Bicycle safety is not solely the responsibility of the rider. Motorists in Utah are also required to take certain actions to ensure bicyclist safety, including providing at least 3 feet of space when passing the rider on the road. This space is intended to be a buffer between the motor vehicle and the more vulnerable bicycle in order to prevent drivers from sideswiping riders or riders from getting into an accident while attempting to avoid being struck by a vehicle.

Utah’s traffic laws prohibit motorists from intentionally trying to distract a bicyclist in order to make them wreck or cause them to run off the roadway. Motorists are also required when parking on the side of the road to ensure there is no traffic approaching—including bicycle traffic—before opening their door into a bicycle lane or travel lane.

Dooring accidents are a common type of bicycle accident, and they occur when the occupant of a vehicle opens the door into a bicyclist’s path, forcing the rider to either collide with the door or swerve into an adjacent travel lane.

Riders Must Signal Their Intention When Turning

Just as the drivers of motor vehicles are required to communicate their intentions to other drivers by using turn signals, bicyclists must also signal when they are turning left, right, or changing lanes. These are the signals that riders are required to use:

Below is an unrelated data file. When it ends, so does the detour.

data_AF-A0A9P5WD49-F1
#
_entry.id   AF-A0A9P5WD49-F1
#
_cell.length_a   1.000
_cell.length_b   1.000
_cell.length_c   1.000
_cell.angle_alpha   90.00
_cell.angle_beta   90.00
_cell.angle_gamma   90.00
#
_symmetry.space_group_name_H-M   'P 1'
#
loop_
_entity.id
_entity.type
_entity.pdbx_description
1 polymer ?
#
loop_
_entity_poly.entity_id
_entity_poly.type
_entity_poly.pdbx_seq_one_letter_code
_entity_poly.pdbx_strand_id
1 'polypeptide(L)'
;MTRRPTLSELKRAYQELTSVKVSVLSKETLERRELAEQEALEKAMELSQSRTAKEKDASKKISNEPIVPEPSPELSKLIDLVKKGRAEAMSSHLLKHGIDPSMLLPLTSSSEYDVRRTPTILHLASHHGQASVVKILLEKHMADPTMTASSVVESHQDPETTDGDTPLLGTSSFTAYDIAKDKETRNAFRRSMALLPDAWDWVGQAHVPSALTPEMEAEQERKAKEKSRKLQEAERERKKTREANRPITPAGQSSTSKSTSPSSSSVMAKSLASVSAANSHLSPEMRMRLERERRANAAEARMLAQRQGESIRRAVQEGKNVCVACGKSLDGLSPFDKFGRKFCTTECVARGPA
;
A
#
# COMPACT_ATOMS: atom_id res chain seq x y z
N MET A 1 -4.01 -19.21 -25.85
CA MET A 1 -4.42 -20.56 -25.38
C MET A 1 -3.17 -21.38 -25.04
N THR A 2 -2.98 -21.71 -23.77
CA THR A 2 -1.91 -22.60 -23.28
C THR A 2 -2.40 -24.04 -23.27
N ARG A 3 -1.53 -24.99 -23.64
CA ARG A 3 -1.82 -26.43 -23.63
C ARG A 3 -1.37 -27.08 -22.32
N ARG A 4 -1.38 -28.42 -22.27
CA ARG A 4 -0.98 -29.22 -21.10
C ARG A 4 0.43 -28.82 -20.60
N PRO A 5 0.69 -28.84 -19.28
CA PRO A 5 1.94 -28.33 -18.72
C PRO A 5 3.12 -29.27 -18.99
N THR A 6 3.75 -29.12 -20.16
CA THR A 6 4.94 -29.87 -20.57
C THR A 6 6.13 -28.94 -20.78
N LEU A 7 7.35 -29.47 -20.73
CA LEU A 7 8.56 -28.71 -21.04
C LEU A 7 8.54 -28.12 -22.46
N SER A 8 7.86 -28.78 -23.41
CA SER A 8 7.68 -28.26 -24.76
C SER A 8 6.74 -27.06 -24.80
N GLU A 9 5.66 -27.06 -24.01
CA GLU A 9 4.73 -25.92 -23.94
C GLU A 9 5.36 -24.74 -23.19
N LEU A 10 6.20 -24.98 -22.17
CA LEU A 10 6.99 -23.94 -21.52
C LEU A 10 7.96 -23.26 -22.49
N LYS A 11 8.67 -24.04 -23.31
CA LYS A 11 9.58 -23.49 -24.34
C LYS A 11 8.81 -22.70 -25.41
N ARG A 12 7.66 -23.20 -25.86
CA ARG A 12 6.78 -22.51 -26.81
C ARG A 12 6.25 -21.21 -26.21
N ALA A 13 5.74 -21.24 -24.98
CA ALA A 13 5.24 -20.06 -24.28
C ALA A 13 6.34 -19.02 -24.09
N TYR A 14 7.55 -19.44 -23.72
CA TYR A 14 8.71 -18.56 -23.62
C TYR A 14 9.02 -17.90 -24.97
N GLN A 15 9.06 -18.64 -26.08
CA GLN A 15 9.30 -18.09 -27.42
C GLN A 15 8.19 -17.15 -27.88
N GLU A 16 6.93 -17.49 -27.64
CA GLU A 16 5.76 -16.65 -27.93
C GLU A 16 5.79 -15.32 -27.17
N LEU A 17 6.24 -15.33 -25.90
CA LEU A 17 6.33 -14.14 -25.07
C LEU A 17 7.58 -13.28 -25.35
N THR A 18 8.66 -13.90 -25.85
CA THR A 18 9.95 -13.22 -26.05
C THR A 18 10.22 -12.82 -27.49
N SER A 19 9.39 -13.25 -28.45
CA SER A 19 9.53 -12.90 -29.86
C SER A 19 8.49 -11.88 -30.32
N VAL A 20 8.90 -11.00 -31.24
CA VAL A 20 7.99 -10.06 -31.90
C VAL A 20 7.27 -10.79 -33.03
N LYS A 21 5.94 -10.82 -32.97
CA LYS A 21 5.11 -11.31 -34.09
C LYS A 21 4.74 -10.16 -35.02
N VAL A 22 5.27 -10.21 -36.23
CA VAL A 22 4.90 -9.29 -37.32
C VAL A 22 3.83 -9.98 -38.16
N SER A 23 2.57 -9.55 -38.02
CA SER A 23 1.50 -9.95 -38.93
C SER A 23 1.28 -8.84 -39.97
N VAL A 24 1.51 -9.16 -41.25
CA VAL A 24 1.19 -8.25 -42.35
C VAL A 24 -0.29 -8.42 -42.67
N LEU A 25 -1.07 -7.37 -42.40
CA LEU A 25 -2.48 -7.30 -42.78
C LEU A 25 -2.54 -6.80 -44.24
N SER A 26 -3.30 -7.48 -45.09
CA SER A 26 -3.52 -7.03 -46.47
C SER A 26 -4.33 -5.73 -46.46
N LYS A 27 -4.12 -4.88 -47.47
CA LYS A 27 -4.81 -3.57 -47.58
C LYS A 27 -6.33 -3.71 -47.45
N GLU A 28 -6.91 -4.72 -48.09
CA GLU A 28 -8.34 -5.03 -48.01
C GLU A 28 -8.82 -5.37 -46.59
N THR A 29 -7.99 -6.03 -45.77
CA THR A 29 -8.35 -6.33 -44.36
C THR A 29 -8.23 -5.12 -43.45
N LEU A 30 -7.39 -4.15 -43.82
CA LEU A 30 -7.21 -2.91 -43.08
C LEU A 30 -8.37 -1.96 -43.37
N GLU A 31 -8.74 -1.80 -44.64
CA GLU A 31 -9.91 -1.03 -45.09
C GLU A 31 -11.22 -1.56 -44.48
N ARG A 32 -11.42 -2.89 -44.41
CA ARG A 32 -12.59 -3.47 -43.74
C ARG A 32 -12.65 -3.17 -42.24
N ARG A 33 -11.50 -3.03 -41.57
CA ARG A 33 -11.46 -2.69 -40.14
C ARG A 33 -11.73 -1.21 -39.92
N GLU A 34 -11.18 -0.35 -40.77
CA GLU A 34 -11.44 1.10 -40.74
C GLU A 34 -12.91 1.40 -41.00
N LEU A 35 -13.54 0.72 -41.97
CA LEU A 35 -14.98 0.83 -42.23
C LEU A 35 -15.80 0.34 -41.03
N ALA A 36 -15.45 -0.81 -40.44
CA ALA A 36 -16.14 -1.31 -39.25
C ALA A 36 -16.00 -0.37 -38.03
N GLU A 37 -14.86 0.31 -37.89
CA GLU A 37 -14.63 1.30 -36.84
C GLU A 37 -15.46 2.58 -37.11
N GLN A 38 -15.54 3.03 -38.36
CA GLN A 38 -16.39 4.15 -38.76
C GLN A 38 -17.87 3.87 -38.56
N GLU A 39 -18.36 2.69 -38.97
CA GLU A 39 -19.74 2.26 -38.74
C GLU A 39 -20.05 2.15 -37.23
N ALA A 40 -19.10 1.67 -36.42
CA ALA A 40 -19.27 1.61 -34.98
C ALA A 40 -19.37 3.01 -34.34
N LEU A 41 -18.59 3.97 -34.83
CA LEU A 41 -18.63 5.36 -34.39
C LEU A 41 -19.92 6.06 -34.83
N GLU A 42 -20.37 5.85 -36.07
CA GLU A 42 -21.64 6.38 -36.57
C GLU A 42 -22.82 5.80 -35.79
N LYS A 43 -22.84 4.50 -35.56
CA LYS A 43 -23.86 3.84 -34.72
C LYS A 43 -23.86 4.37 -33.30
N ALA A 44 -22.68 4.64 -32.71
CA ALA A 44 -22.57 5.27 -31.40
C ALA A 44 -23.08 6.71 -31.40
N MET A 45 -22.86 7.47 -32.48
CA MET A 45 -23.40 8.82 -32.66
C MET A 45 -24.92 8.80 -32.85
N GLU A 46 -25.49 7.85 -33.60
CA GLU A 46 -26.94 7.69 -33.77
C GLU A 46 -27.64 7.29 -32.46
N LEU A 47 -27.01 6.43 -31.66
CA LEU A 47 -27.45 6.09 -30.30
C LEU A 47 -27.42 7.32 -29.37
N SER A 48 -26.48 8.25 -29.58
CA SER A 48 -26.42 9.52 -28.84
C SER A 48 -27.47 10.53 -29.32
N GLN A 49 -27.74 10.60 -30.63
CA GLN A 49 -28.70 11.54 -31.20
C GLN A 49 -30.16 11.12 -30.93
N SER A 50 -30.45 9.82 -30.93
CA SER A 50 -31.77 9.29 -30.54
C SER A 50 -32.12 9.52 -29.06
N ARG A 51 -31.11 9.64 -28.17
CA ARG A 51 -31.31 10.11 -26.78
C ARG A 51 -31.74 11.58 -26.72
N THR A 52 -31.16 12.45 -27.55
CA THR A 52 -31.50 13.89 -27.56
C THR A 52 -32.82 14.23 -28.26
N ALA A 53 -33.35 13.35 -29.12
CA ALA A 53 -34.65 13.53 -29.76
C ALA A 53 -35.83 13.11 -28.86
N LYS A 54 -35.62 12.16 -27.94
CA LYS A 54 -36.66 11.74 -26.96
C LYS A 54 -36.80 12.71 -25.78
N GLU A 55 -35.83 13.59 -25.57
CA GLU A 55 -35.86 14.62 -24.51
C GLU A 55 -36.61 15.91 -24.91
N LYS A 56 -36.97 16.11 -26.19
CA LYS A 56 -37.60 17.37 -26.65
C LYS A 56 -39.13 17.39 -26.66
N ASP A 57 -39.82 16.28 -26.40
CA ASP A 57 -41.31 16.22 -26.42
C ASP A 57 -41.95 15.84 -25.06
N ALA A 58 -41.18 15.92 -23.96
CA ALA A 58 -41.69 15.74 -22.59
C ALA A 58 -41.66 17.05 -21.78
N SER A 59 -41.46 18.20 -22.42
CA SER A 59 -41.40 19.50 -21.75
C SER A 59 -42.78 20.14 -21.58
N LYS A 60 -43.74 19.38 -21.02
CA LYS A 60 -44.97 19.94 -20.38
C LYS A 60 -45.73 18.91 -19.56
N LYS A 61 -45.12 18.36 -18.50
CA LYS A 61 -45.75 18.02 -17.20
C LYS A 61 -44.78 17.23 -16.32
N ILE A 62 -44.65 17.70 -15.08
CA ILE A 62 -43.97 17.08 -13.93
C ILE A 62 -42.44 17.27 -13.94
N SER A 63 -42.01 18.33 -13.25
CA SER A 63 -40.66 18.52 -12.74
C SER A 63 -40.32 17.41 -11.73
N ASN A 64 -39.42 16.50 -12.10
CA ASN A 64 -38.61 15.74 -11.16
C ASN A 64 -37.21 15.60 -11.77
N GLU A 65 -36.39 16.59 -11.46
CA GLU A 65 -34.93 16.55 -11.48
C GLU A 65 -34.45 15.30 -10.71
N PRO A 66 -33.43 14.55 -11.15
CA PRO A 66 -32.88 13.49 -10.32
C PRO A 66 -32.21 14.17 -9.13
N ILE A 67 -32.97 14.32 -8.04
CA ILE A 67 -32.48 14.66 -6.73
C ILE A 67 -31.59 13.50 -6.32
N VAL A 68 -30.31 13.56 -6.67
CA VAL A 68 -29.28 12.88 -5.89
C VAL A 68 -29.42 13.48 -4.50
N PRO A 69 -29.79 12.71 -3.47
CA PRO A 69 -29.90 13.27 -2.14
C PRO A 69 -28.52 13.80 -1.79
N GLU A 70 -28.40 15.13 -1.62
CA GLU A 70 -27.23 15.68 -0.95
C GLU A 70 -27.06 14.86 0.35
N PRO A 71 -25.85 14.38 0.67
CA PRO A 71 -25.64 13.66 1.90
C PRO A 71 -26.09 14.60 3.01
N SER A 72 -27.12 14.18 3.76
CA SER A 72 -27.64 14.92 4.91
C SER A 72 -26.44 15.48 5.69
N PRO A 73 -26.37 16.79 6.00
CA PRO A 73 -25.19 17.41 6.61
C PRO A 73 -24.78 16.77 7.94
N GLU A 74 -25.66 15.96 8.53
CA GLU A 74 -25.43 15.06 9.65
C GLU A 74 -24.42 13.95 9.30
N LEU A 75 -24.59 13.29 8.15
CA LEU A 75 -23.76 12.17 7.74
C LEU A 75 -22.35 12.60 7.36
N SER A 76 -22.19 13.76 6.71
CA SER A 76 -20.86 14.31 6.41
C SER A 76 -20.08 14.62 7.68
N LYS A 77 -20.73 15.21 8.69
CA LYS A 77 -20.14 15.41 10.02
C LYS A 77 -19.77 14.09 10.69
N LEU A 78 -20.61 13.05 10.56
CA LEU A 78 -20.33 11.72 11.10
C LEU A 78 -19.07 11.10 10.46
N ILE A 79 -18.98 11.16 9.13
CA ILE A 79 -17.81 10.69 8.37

• Left turn: The rider fully extends their left arm out to the side
  • Right turn: The rider either fully extends their right arm out to the side, or bends their left arm up at a right angle with their hand flat
  • Slowing or stopping: The rider extends their left arm and hand downward

Riders have an additional option when making a left turn to use the left turn lane as other vehicles do. Riders are not required to continuously signal, as having both hands on the handlebars is an important component to riding safely.

Bicyclists are required to yield to other roadway users when legally required according to traffic lights and signals. Riders must always yield to pedestrians and produce an audible sound when coming up behind them to overtake them.

Contact Feller & Wendt if You’ve Been Injured in a Bicycle Accident

Bicycling is an affordable and exhilarating way to experience the cities and countrysides of Utah. However, the vulnerability of the bicycle when sharing roadways with much larger, heavier, and faster-moving vehicles leaves many individuals injured. If you’ve been injured in an accident that was caused by a negligent driver, you can seek compensation for the expenses and impacts of your injury by filing a personal injury claim against the at-fault driver’s auto liability policy. If the insurance provider fails to pay the claim, it can be filed as a personal injury lawsuit.

The experienced legal team at Feller & Wendt can help you understand Utah’s personal injury claims process and the importance of having an experienced lawyer to assist you with your claim. For your free case evaluation, contact us online or by calling 801.499.5060.